One thing these dictatorships seem to have in common with authentic socialism is that the government runs the economy. But, as I noted above, this is not a genuine socialist principle; it is a communist one.* Socialists believe that the state (but not necessarily the economy) should be run in the interest of achieving certain social goals. Socialists would therefore prefer to have a thriving capitalist economy run by the capitalists – which they can then sit back and tax the shit out of – to having to run the economy themselves.** Messy, messy, messy!
Socialism, Scandinavian Style
The only thing that was ever “socialist” about countries like the Soviet Union and China was that they were, for a time, able to guarantee certain social goods (jobs, universal education, health care) to all their citizens. But at what level? And at what cost? For most of its history as a “socialist/communist” state, China’s economy dragged along close to the bottom. And the Soviet Union’s didn’t do that much better. Not until the late-1970s, just a decade before the collapse, did the Soviets come close to catching up with the West in production of food and consumer goods. (In health care and education, though, they fared better.) And what economic security they could provide for their people was bought at a terrible cost in repression.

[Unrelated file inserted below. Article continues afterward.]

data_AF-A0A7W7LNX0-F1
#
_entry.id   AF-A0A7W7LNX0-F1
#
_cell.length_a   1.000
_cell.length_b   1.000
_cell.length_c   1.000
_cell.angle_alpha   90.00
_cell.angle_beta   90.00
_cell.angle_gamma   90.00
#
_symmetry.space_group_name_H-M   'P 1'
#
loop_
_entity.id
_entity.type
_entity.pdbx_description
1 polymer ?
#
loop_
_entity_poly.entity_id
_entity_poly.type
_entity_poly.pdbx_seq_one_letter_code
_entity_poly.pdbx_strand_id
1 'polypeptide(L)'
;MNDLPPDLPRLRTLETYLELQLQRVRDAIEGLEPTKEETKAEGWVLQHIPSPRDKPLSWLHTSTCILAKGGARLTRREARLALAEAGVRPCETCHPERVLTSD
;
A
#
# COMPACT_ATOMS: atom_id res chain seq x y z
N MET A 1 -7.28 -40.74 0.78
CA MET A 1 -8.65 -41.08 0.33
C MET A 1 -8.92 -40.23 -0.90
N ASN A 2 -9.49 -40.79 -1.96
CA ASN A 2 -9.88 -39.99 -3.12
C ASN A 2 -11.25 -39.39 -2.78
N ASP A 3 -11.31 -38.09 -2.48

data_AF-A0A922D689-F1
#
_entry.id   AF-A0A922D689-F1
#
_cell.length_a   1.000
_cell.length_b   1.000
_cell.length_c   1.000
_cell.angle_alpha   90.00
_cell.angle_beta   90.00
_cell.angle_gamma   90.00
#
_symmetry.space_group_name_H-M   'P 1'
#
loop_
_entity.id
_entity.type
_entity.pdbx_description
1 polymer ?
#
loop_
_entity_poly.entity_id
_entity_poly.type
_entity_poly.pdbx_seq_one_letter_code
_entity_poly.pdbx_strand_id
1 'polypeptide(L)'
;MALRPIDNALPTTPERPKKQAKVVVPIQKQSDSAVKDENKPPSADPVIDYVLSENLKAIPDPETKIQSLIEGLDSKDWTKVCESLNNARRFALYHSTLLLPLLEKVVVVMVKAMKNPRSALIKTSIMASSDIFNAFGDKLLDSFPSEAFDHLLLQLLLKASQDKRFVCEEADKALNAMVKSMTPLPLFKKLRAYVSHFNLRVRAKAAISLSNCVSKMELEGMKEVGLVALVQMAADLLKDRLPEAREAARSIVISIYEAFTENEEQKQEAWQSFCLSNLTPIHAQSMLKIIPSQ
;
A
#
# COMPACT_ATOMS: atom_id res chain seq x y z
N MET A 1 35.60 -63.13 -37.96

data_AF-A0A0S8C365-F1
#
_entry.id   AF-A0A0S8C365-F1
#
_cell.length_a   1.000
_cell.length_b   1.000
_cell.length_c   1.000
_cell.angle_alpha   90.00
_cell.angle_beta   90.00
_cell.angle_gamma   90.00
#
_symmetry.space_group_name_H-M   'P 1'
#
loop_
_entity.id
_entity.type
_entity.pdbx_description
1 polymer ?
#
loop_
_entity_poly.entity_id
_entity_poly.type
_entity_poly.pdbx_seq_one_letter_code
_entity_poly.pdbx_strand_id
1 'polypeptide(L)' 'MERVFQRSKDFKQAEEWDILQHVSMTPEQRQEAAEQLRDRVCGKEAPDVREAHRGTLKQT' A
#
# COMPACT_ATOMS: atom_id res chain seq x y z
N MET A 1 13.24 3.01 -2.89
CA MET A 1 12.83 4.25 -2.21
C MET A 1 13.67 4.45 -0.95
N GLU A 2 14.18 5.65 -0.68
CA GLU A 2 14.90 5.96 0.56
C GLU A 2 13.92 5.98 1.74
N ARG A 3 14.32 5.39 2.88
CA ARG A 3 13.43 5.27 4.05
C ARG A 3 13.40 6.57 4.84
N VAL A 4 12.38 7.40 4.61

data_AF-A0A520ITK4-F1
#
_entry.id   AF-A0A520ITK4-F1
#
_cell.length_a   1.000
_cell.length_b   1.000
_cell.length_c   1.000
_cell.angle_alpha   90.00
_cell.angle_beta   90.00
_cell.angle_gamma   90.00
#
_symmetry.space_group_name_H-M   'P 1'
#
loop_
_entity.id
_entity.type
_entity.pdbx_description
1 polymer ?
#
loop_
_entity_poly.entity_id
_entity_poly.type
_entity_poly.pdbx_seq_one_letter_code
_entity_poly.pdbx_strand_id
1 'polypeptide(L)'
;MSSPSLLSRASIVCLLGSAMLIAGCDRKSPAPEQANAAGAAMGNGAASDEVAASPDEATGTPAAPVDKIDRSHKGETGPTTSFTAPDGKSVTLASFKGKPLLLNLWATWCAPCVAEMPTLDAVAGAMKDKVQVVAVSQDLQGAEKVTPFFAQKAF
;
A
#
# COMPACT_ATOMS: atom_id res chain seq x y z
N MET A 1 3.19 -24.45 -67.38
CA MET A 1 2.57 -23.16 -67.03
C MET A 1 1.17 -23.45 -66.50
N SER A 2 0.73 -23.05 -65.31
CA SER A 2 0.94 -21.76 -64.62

What does any of this have to do with Kshama Sawant?
In truth? Not much. What Kshama Sawant knows about socialism would fit into the glove compartment of a bicycle. And what she says about workers taking over factories is good for yucks, but that’s about it. In the years ahead (being optimistic with the ‘s’) we should care somewhat about whether she can make progress on the one practical aspect of her program: the minimum wage. If she can push that through, it’ll be a miracle. Or maybe a curse, depending. But either way, it’ll be something.